If businesses in the hardest-hit sectors are to thrive post-lockdown, new skills and new ways of working will be essential, writes Stuart Shield

For apprenticeship training providers and colleges up and down the country, the past month has seen a rapid shift to digital delivery. And, for many, it’s proving a great success.

At Catch22, we’ve been delivering our property-management apprenticeships almost entirely via Microsoft Teams. Not only has this meant quality training can continue, but we’re actually signing up brand new learners. 

Some apprentices who are being upskilled have been furloughed by their current employers and are therefore able to spend more time focusing on their apprenticeships.

We’ve changed the frequency of our learning sessions – from one-a-month face-to-face sessions, to (on average) an hour’s session every two to three days. Some are one-to-one, others are group sessions. Our apprentices are visibly more engaged, enthusiastic and are performing better. 

We’ve also seen greater engagement from employers (in particular, senior managers) who are more easily able to observe apprenticeship training and assessment sessions now that they’re being done digitally. Previously we had struggled with some senior leaders, who couldn’t see the value of apprentices. Now, though, with greater exposure, they are recognising the benefit and are investing more in the scheme. 

Such is the success, our plan is to include digital delivery in our future apprenticeship training programmes so that we have a mixed model of delivery. 

Adapting to business needs

We use a partnership model working with employers, aimed at delivering bespoke training designed to provide mutually tangible benefits. For example, we have developed supplementary bespoke modules with some of our partners to meet the needs of the current climate – including a module on handling angry, difficult customers, and effectively managing expectations.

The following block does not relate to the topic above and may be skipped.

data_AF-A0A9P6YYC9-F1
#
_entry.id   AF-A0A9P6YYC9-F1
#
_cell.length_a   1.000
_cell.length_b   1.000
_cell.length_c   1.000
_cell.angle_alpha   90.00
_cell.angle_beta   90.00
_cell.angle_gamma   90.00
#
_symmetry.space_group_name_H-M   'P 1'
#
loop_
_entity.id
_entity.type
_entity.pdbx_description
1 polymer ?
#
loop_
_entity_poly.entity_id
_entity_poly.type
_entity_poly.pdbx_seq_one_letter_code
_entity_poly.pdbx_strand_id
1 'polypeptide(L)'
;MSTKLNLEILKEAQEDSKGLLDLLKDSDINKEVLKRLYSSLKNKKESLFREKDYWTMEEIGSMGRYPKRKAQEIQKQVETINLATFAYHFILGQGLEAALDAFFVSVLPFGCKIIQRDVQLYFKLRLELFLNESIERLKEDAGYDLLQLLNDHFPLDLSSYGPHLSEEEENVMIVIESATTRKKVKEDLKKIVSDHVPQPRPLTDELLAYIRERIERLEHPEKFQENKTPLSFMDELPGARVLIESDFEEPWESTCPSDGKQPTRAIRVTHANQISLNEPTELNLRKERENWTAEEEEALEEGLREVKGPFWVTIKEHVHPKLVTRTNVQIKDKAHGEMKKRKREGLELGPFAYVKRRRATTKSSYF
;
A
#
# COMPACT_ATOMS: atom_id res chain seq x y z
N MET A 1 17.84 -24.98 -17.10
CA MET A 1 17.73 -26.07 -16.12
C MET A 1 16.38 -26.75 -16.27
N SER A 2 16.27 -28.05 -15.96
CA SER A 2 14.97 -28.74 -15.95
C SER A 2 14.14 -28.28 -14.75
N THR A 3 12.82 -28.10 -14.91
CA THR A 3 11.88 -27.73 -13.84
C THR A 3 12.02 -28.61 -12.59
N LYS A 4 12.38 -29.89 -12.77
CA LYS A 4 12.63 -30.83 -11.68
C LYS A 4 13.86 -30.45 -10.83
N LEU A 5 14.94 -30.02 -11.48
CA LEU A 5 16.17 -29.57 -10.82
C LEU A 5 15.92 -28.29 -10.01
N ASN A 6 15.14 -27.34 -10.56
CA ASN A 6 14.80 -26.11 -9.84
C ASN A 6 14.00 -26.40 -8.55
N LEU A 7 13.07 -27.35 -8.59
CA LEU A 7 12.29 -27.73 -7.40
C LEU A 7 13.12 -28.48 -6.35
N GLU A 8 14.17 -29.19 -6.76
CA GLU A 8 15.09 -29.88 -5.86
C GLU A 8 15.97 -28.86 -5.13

If there’s any certainty during what is otherwise a period of huge uncertainty, it’s that businesses and their operational functions will need to change. New practices and procedures (whether that’s moving to increased digital delivery, or adapting to staff shortages) are being implemented everywhere. As a result, we’re seeing growing skills gaps, people shortages and therefore more development opportunities.

Brexit and Covid: the double blow to hospitality, tourism and property

Industries such as hospitality and housing and property have suffered a double blow in recent times – first, the implications of Brexit, and now, the pandemic. Travel and tourism are suffering in the current lockdown, with no obvious endpoint in sight and a huge reluctance from anyone to plan future travel. 

As for retail – while some businesses, such as supermarkets, food stores and online retailers, will be doing well and actively recruiting, high-street stores are in crisis. The move to solely online trading has been the approach of some, while others are preparing for re-opening, albeit with increased hygiene and social distancing measures in place. All this requires staff – whether new or existing – to have different skills. 

So if businesses in these hard-hit sectors are to survive, then thrive, once lockdown measures start to be lifted, they will need to adapt rapidly.

Why apprentices hold the key  

Forward-thinking businesses are looking at how they build capacity back into the organisations by reskilling or upskilling existing staff. This, as well as bringing in new staff with relevant skills, is going to be essential. This messaging is something that training providers can promote to businesses – particularly those that have apprenticeship levy to spend and are looking to how they adapt in the post-Covid-19 world.

Bringing in new apprentices who are adaptable can help boost capacity and add fresh energy to companies. Apprenticeships are developed in-house and allow businesses to both retain (through upskilling or reskilling existing staff) or bringing in new talent, without the time and expense of going through a lengthy recruitment process. 

Apprentices are a valuable investment for any organisation. And we know from the businesses that we work with, and provide apprenticeships for, in times of difficulty it is often the apprentices who prove among the most valuable staff, delivering the frontline services that help keep businesses afloat.

If businesses can retain and develop the apprentices into the managers of the future, then even as businesses go through natural attrition and staff churn, they can be confident that they have the key skills within the organisation to survive even the most brutal of societal shocks.